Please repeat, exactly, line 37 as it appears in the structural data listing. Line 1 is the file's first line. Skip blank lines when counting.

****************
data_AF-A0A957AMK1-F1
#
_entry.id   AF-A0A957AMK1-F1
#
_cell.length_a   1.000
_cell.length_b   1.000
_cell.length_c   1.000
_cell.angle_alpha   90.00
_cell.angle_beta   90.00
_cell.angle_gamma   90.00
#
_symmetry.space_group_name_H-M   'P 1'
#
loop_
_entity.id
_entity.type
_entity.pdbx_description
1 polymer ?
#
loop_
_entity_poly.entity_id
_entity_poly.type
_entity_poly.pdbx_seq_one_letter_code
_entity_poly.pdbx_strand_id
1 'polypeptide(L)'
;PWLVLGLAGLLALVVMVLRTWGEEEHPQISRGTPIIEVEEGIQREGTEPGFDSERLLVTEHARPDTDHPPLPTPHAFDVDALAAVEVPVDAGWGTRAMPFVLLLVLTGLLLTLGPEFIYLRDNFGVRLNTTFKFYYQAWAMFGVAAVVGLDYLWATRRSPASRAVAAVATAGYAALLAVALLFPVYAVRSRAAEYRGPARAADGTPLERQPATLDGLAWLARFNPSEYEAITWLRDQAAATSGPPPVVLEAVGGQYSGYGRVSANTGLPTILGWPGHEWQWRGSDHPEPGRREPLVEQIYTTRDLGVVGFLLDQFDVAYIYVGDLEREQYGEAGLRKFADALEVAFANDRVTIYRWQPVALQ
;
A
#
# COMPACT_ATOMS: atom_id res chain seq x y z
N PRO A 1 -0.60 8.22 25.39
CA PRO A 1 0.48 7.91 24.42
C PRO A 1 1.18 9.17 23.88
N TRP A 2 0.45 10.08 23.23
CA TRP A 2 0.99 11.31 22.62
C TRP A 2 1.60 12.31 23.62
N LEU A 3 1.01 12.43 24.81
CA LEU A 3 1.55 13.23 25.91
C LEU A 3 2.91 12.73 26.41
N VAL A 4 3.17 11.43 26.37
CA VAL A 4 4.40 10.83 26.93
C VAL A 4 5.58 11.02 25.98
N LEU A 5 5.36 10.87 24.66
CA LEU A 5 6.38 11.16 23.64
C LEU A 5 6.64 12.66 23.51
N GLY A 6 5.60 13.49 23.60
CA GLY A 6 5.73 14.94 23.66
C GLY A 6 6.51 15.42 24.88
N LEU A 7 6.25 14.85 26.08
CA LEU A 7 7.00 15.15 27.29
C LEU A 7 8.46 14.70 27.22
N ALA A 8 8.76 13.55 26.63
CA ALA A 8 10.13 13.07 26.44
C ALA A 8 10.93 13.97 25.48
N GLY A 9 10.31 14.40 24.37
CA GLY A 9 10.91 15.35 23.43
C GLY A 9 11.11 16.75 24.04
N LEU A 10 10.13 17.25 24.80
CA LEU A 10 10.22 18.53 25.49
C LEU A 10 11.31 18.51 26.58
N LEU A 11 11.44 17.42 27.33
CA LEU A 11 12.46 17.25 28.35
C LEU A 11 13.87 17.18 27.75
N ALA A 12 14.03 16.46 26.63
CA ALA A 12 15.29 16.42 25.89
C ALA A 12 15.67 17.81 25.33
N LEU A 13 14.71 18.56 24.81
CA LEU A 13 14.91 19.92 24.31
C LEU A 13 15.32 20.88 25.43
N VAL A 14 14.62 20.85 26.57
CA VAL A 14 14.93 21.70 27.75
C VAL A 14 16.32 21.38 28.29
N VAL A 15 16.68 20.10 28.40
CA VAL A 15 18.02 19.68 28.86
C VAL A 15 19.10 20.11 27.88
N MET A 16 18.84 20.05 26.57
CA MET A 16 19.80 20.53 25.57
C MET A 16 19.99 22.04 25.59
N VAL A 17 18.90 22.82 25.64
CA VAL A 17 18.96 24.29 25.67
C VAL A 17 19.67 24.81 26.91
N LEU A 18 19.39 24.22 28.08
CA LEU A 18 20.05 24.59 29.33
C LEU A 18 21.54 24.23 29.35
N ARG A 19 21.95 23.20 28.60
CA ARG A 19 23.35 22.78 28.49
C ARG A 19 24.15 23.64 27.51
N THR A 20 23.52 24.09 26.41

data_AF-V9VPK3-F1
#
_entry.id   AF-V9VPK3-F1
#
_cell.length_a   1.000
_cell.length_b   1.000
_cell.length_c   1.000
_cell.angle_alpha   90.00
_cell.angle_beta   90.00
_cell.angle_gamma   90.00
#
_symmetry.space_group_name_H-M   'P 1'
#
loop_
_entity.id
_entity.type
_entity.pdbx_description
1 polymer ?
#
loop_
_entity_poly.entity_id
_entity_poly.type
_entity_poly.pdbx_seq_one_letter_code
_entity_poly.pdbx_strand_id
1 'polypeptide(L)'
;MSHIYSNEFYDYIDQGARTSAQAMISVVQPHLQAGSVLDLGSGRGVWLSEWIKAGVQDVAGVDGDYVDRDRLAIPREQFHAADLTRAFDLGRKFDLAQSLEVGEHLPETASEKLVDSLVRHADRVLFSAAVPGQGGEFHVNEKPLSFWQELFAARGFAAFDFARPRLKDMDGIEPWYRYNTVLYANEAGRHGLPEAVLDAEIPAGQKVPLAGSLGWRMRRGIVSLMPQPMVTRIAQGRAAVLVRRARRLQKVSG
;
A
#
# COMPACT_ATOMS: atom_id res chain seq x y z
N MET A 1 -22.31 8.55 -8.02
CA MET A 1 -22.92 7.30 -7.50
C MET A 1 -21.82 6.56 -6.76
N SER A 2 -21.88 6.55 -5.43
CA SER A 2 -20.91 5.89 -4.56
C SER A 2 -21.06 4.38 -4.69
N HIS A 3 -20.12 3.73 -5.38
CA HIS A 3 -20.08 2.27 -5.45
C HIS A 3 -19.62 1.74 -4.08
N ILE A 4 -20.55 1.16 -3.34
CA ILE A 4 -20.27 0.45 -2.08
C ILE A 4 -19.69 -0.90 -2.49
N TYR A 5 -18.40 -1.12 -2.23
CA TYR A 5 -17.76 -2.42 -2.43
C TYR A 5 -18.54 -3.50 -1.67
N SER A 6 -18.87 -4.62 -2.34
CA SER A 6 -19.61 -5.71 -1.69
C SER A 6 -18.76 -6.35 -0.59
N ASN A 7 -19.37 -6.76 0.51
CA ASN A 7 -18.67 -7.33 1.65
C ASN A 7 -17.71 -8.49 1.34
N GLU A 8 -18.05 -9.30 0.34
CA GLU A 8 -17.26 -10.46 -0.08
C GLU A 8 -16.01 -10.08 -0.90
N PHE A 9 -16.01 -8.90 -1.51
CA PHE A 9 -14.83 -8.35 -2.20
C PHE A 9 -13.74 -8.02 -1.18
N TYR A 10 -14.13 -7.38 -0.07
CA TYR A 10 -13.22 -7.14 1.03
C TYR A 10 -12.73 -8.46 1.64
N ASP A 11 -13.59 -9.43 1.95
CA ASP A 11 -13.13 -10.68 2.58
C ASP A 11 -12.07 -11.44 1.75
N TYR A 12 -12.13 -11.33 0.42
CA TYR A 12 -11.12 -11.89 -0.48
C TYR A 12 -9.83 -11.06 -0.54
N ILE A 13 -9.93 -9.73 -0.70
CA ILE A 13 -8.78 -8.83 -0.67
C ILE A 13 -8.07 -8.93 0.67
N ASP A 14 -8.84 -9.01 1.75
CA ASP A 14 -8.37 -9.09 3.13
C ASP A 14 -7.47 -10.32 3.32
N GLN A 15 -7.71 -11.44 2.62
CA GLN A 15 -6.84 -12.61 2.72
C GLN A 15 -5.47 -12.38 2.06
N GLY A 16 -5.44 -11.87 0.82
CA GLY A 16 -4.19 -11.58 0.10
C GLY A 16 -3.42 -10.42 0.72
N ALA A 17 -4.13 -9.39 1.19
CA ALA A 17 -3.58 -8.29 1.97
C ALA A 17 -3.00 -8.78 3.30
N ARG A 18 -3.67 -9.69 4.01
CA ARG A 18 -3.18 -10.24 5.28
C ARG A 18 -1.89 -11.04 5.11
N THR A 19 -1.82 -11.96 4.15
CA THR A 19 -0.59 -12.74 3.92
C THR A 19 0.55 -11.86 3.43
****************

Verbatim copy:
N LEU A 3 1.01 12.43 24.81